And the goose isn't the only thing getting fat. As Younger Daughter said a few minutes ago (with a beatific look on her face), "Chocolate truffles for breakfast, turkey with gravy for lunch, and did you say there's pie left? Do we have any whipped cream, or shall I go get some?"
We haven't even hit the marshmallow-walnut fudge season, yet, let alone tamales, enchiladas, machaca and green chile. (We're traditional; we eat Mexican for Christmas, in honor of our roots. Bar the fudge, which has no ethnic allegiance.) ("Gabaldon" is my own name, btw; my husband's' name is much easier to pronounce, but after spelling "Gabaldon" for twenty-five years, I was attached to it and didn't intend to give it up. Being a Hispanic name, that means that were we speaking Spanish, it would be pronounced
(probably originally had an accent mark over the "don," but that's been lost sometime over the last 500 years in the New World).
Since we are for the most part speaking English here, it's normally pronounced
(still with the long "o" sound at the end, right? Rhymes with stone? Amazing how hard it is for people to wrap their heads around that, no matter how often I tell them. No one in New York City, for instance, can make themselves not say "don" (as in mastodon) at the end. Just can't do it.)
But I digress...
Rather than join in the gluttony (well, rather than join in it right _then_), I drove up to the Rim country yesterday--about 90 miles north of Phoenix, 50 south of Flagstaff. That's where the Pinon (there's a tilde over the first "n" in Pinon, btw, but I haven't figured out how to insert one and am too lazy to go find out)/Juniper woodland begins, and thus the closest place in which to cut greenery for the family Advent wreath.
Beautiful day. Still, warm air--perfect for hot-air balloons, and I saw six of them floating over the Valley, just hanging in the air like slow-moving cherries. I could walk the woods in my shirt-sleeves, even that far north.
Now, one of the things I enjoy about wandering around in the wild is that you never know what you might see. I've come round a small tree and face-to-face with a surprised pronghorn antelope (I was pretty surprised, too), met mule deer and elk--once came upon a fresh elk carcass, sans head, neatly butchered, guts buried, backbone standing white like the keel of an overturned ship--with the hair on the lower legs all fresh and shining and the hooves black and still caked with dirt, as though those legs might spring up and the hooves carry off the ghostly skeleton. Eerie.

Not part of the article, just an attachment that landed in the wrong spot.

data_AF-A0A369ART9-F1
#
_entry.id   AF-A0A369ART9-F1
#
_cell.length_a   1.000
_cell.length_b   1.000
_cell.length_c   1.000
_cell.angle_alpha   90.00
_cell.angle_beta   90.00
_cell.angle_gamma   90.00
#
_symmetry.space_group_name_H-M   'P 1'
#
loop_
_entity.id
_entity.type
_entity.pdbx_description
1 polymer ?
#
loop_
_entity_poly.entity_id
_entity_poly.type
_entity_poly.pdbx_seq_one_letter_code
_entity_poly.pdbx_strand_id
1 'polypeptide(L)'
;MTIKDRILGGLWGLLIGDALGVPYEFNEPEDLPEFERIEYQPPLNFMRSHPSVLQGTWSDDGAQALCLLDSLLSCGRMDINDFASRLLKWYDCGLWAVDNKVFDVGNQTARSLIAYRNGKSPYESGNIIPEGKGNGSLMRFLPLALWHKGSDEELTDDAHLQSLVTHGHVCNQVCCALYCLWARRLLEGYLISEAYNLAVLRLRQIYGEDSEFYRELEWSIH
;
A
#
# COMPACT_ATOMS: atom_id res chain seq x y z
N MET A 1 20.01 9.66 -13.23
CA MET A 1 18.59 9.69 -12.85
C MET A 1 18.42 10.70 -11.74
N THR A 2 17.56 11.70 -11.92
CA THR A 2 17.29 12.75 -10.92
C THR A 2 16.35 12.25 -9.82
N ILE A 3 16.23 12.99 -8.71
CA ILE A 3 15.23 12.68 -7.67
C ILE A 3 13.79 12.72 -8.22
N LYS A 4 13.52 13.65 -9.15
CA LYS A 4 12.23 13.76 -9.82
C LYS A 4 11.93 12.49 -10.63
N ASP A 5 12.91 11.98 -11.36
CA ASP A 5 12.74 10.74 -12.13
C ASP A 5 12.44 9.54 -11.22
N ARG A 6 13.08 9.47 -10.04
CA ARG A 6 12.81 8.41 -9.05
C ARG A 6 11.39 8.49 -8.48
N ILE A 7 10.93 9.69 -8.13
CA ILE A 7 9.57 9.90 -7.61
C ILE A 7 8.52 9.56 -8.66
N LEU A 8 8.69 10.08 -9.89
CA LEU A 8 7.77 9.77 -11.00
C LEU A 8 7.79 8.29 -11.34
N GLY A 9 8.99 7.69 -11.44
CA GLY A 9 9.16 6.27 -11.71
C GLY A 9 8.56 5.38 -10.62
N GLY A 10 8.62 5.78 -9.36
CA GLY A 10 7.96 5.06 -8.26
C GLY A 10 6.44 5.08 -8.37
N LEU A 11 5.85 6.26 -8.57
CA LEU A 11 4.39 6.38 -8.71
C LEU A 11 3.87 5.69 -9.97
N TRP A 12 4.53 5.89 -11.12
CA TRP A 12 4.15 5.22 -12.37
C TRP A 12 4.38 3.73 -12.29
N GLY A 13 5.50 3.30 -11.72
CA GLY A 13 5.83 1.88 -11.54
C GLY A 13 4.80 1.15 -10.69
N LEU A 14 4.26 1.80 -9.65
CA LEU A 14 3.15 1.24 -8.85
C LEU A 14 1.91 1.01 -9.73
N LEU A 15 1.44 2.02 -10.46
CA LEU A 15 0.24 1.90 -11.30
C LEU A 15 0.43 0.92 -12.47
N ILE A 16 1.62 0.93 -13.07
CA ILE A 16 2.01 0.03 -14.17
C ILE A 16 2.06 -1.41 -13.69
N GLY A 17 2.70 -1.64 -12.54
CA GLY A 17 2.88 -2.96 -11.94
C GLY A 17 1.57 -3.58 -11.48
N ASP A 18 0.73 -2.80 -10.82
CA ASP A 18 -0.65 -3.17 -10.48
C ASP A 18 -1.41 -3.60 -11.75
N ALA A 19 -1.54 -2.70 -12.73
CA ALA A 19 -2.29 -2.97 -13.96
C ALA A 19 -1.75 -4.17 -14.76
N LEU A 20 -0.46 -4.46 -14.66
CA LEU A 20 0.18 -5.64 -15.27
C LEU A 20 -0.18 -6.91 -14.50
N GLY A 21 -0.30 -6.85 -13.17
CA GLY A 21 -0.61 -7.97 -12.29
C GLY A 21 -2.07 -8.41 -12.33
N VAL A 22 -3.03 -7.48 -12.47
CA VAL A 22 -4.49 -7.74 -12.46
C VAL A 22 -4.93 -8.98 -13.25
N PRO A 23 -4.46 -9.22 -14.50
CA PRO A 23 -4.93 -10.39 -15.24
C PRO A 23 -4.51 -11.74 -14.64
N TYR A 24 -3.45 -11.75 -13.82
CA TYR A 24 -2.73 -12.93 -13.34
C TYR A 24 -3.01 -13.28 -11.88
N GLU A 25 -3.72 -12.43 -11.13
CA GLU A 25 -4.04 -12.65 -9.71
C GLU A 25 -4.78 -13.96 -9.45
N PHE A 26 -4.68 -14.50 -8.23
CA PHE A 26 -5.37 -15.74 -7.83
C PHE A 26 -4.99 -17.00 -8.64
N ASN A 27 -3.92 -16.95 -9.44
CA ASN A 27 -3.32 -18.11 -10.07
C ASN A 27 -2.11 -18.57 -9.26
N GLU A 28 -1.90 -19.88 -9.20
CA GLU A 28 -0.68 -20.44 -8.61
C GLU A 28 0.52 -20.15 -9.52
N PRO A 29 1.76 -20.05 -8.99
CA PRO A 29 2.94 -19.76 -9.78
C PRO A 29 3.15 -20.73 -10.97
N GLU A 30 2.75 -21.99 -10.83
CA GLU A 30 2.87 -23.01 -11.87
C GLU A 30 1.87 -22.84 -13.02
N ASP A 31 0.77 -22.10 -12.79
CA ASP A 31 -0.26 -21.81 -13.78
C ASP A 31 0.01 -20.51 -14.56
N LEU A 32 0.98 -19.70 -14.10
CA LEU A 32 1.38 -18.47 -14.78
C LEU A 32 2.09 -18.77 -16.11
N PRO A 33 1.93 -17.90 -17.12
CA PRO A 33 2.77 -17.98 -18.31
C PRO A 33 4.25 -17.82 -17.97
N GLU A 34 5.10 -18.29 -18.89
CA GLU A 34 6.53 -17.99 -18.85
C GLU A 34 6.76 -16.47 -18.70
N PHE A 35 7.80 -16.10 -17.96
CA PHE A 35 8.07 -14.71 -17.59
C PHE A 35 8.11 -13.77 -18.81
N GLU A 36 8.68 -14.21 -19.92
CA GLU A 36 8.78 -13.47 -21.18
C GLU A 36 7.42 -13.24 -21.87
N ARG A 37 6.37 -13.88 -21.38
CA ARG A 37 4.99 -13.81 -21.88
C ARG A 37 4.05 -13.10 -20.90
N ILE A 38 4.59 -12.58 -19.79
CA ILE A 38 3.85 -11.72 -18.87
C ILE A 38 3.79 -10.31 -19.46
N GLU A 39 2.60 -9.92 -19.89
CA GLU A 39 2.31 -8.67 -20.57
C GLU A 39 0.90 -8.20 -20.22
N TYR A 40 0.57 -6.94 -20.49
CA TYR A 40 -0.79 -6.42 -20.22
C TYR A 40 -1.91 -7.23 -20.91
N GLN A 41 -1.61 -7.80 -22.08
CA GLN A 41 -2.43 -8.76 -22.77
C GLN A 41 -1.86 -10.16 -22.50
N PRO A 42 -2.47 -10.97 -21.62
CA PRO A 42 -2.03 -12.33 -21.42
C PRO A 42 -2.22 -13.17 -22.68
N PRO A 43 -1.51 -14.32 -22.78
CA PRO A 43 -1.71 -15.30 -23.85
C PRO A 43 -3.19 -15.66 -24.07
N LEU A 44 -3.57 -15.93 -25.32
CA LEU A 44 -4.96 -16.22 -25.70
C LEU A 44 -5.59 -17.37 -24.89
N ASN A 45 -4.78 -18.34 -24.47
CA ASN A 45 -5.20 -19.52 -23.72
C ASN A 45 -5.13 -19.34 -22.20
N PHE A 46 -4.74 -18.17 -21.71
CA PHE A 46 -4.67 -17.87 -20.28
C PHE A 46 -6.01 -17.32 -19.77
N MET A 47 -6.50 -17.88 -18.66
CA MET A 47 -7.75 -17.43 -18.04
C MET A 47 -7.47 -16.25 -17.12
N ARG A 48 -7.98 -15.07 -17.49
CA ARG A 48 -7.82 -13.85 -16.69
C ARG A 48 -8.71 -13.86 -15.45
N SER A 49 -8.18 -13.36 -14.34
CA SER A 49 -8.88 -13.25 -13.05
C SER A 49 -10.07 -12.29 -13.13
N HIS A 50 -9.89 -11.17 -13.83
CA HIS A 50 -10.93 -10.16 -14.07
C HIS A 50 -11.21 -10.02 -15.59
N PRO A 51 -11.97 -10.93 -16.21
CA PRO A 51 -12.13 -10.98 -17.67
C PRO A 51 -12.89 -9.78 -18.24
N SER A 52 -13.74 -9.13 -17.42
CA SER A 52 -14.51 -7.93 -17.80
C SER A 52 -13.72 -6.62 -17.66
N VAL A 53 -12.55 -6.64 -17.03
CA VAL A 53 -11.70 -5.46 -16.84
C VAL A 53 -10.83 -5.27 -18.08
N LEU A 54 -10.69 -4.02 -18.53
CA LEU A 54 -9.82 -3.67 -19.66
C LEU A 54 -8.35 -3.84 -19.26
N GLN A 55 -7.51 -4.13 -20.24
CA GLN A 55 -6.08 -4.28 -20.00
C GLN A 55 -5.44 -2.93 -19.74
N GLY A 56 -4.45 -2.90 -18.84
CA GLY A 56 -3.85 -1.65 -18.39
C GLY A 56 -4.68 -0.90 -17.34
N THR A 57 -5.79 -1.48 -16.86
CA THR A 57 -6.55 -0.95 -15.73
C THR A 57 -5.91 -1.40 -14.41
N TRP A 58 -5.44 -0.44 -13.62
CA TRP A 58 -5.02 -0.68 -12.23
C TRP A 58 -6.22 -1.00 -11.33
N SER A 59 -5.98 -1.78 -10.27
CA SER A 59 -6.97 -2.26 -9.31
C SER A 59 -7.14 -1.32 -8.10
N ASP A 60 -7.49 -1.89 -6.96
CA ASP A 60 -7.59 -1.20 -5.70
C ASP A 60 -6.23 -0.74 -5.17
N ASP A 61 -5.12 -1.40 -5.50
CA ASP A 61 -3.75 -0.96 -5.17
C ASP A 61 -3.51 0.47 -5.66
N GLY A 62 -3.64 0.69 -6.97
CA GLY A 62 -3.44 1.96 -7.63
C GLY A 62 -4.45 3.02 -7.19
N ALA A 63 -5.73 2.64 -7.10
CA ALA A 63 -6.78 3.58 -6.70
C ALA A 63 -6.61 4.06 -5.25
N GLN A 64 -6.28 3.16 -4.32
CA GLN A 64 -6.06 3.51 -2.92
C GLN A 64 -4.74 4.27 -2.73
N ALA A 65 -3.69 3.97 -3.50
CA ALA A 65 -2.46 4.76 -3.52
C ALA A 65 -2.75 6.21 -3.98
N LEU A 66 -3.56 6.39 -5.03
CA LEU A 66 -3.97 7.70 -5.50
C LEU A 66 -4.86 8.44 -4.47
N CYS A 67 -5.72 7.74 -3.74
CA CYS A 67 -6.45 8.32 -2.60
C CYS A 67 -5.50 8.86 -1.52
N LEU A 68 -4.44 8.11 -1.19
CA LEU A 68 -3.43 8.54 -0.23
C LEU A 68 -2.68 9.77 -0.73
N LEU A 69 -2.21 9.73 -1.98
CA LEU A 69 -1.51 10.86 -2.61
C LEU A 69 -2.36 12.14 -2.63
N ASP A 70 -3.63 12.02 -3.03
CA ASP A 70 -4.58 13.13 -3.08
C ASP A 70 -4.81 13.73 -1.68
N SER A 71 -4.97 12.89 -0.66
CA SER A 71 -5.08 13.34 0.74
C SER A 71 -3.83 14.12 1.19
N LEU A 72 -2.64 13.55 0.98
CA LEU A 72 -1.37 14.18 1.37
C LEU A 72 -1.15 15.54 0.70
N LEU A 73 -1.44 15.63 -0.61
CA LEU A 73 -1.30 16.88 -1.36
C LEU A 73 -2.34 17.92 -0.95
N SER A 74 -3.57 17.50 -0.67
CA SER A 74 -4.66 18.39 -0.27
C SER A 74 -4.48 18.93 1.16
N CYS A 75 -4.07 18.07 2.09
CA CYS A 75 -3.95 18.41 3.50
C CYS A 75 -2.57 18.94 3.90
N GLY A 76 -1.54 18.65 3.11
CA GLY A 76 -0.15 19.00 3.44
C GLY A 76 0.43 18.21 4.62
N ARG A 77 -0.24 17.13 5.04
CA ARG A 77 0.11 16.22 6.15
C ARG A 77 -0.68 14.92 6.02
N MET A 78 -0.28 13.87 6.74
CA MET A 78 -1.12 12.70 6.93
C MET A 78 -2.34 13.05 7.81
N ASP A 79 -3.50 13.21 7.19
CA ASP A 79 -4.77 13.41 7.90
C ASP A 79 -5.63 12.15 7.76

Met a porcupine once--but not as closely as the dog who came down the trail and thought that was One Strange Thing that ought to be barked at and closely inspected. Helped the owner pull quills out of the poor dog's nose; I have five of them in a dish on my mantelpiece in Flagstaff.
You also find a lot of broken glass in the woods, because people go a little way off the road to make a fire and drink beer (and stronger stuff). Most of the people I meet in the woods are hikers, occasionally hunters--I try _not_ to go into the woods in hunting season, but what qualifies as "woods" varies, and so does various people's notion of what constitutes hunting season--but by and large, nice folk. I do carry a gun, though, because I'm alone and nobody knows exactly where I am (that being part of the charm of woods-walking). Never needed it, never expect to need, HOPE never to need it--but I do have it (and the concealed-carry permit and sixteen hours of training that goes with it).
Anyway, yesterday I passed a small group of men and boys gathering firewood for sale, waved to them, drove on up a "primitive" road (one that's not maintained, so could be anything from drivable to morass--but the weather was dry), and found a promising looking stretch of land, so pulled off, parked, and went agathering, pruning shears in hand.
And I found toilets.
Three brand-new, pristine, white toilets, crouched under an alligator cypress. One standing (ready for some passing bear, I suppose), two fallen on their sides. And a big mess of heavy-equipment tire marks in the clearing where these were dumped.
Your guess is as good as mine. [g] My own guess would be--given the tire marks--that the toilets were dumped by someone working on a subdivision or building a house in the neighborhood (there were houses within a half-mile). Whether these were stolen toilets, and the dumper planned to come back and retrieve them under cover of darkness, or whether the general contractor suddenly shut down construction and they were dumped in disgust...who knows? Maybe the lady of the house saw them, insisted she'd chosen _green_ toilets, not white ones, and the plumber figured it was easier to dump them than return them to Home Depot.
Anyway, I got my Advent wreath cuttings: Pinon Pine, juniper (with big, blue, aromatic berries), Arizona holly, buckbrush, and saltbush (I'm sure that will prove to be a huge mistake--it has fluffy, airborne seeds, and they'll be _all_ over the house within hours--but it was beautiful, with the seeds shining in the sun), with a handful of tiny Pinon cones for decoration.
And what I started out to tell you--before I got sidetracked by toilets in the woods--was that Christmas is coming--and so is a brand-new, spectacular, completely redesigned website!
The designer finished work on it this week, and as soon as I can put in all the new content (kind of a massive job, but I'm on it), we'll unveil it--with luck, December 1st!